-81 kg: Matthias Casse (BEL)

Among a stellar group of incredible athletes, Matthias Casse has topped this category for the majority of the last year. He has already taken part in 4 world finals, the last 3 of them facing Tato Grigalashvili (GEO) and he has an impressive ability to keep going no matter what he’s faced with. This Belgian judoka never gives up and in Paris he will be keen to climb a little higher than the bronze medal step on which he stood in Tokyo just 3 years ago.

Matthias Casse (BEL) winning the world title in 2021.

Casse’s most direct rival, the Georgian, hasn’t fought since the 2023 European Championships but he’s in the starting line-up for this year’s continental meet and that brings a high chance of yet another meeting for the world number one and world number two, with a world championships and the Olympic Games still to come this year. There are no guarantees for either of them but we know Casse’s engine is highly tuned and copes with endurance well. He’s ready to play the long game for the biggest prize.

-90 kg: Lasha Bekauri (GEO)

Always a crowd-favourite, the Georgian Olympic champion wants a shot a doubling his Olympic haul, a feat which would shoot him into the annals of sporting history. Only 15 judoka have ever won more than one Olympic judo title, a most exclusive club, and Bekauri wants his seat at that table.

Bekauri (GEO) enjoyed winning at home this year.

Bekarui doesn’t win every time he competes but at only 23 he already has an Olympic gold, 2 junior world titles and two senior world medals, 2 Masters titles and a plethora of other accolades. His judo is fun and stressful to watch in equal measure as no-one ever knows which direction he will move next. This nail-biting style is attractive and has brought him into the spotlight as much as his titles have. Will Paris deliver his next and biggest prize?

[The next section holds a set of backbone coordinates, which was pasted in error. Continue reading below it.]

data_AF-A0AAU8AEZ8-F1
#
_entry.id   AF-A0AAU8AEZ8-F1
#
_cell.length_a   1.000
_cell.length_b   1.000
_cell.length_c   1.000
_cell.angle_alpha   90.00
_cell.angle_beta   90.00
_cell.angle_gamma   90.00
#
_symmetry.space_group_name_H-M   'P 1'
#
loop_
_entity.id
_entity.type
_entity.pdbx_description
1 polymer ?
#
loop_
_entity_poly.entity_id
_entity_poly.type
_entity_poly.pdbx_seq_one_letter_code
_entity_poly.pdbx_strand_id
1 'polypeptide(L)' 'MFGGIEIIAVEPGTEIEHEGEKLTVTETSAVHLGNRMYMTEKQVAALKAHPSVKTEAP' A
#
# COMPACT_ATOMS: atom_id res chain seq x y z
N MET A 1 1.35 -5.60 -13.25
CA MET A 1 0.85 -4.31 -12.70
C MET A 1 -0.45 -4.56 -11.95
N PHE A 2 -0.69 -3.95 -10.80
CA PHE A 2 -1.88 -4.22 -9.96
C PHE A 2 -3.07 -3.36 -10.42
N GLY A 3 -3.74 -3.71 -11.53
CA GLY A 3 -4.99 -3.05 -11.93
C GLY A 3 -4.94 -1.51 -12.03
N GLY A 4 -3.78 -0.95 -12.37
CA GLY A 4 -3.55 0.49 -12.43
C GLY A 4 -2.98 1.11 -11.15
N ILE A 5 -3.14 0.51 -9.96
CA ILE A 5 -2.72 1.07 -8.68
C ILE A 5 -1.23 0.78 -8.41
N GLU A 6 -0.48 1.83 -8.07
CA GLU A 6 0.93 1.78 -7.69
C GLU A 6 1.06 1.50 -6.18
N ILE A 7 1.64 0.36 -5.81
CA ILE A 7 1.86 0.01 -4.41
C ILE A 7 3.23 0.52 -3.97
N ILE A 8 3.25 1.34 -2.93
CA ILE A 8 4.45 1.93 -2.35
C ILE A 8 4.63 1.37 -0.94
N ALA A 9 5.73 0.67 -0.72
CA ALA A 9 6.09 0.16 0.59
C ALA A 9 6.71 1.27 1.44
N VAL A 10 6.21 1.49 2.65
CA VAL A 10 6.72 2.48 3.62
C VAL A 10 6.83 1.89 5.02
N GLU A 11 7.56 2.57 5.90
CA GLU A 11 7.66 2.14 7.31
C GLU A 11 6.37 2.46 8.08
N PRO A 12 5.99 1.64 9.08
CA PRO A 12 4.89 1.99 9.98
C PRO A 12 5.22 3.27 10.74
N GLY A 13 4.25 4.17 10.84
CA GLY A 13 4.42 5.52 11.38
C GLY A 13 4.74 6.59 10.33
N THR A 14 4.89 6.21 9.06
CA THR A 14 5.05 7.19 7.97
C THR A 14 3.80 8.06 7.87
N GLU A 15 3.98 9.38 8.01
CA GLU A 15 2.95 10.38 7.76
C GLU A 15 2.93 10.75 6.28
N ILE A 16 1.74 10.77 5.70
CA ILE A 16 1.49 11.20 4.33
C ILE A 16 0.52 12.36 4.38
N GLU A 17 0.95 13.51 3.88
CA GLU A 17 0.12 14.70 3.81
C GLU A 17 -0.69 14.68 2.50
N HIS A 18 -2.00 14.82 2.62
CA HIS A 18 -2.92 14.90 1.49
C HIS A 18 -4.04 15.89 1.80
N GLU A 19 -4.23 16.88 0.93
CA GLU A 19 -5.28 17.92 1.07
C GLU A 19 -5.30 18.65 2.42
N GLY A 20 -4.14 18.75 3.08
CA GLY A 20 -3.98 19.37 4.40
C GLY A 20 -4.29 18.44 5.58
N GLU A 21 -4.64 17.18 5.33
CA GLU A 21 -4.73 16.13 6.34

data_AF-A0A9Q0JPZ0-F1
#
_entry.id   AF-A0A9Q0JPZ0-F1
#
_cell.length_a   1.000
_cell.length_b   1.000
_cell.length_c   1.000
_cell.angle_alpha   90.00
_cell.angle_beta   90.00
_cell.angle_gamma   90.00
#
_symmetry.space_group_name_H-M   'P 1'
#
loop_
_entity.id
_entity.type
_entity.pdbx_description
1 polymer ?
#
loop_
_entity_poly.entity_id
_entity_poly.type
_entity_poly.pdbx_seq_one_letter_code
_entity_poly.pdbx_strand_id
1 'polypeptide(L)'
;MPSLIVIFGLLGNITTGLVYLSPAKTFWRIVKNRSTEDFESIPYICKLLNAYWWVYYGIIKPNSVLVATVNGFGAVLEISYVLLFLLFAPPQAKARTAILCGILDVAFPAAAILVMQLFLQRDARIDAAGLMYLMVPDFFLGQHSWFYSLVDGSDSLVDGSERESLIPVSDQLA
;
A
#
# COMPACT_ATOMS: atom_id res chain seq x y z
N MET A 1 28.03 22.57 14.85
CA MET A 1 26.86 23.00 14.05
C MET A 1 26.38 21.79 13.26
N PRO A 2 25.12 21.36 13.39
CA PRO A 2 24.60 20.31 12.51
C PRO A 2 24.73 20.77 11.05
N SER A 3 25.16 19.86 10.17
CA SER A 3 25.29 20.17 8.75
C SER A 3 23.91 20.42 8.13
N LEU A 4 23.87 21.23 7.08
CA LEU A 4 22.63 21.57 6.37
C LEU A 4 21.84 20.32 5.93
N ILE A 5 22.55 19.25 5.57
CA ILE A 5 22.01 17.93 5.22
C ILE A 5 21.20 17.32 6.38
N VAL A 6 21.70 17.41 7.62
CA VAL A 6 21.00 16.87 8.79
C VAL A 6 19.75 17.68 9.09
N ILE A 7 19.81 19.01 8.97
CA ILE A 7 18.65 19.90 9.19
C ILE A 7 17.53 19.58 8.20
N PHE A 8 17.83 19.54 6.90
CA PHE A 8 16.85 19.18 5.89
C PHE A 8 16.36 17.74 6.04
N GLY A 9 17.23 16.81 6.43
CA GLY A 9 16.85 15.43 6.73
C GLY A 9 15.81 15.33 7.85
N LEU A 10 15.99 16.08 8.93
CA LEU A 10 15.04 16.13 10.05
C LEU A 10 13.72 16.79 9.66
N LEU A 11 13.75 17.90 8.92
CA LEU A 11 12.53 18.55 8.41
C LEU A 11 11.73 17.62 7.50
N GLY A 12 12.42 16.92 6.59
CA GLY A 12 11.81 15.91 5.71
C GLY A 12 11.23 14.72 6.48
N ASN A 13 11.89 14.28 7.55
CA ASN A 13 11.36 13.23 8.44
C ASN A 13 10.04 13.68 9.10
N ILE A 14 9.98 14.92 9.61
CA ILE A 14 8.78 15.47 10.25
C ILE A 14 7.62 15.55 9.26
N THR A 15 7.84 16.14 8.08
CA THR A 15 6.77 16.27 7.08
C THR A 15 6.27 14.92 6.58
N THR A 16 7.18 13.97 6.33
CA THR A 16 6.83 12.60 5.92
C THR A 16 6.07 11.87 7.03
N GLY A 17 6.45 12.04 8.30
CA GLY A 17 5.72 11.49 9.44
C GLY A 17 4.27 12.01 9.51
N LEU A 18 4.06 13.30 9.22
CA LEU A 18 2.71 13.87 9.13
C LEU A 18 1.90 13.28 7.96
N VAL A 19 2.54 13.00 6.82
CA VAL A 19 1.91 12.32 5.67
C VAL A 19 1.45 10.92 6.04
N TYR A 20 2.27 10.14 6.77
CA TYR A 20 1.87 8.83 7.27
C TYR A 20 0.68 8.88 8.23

-100 kg: Ilia Sulamanidze (GEO)

The Georgian sits at the top of the Olympic rankings ahead of 2022 world champion Muzaffarbek Turoboyev (UZB). Sulamanidze has yet to earn his own senior world medal, finishing in an excruciating 5th place in both 2022 and 2023 but despite this, he has collected medals all over the world, has won his last 3 grand slams fairly convincincingly and has World Judo Masters gold and bronze in his pocket. He is still relatively new to senior judo, being only 22 but somehow there is an expectation of glory around this youngster who has moved into a category of big men as if his age were irrelevant.

+100 kg: Ian Tasoev (AIN)

Tasoev is way ahead of the chasing pack, more than 1300 points ahead of fellow world champion Andy Granda (CUB) and 1500 points ahead of Japanese promise Tatsuru Saito. This category though, regardless of points, remains hotly contested as one of the greatest judoka ever to compete is focused solely on winning his 3rd Olympic title to launch him ahead of the incredible Tadahiro Nomura on the all-time medal table. Nomura (JPN) won the Games in 1996, 2000 and 2004 but only has one world title. A third individual Olympic gold to accompany his single bronze, his team gold and 11 senior world titles will ensure no-one ever doubts that Teddy Riner (FRA) is the greatest judoka ever to have lived and his result are unlikely to ever be matched. The Abes may try but Teddy’s record could become the holy grail of goals.

Inal Tasoev (AIN) and Teddy Riner (FRA) at the 2023 Doha World Championships.

Inal Tasoev, though, has thrown the French superstar and they were delivered their red back patches together after a fascinating final at the Doha World Championships, 2023. Tasoev is fast, dynamic, as strong as they come and also delivers technical judo and an unbreakable will. The outcome in Paris, even if it is Teddy’s home turf, remains uncertain.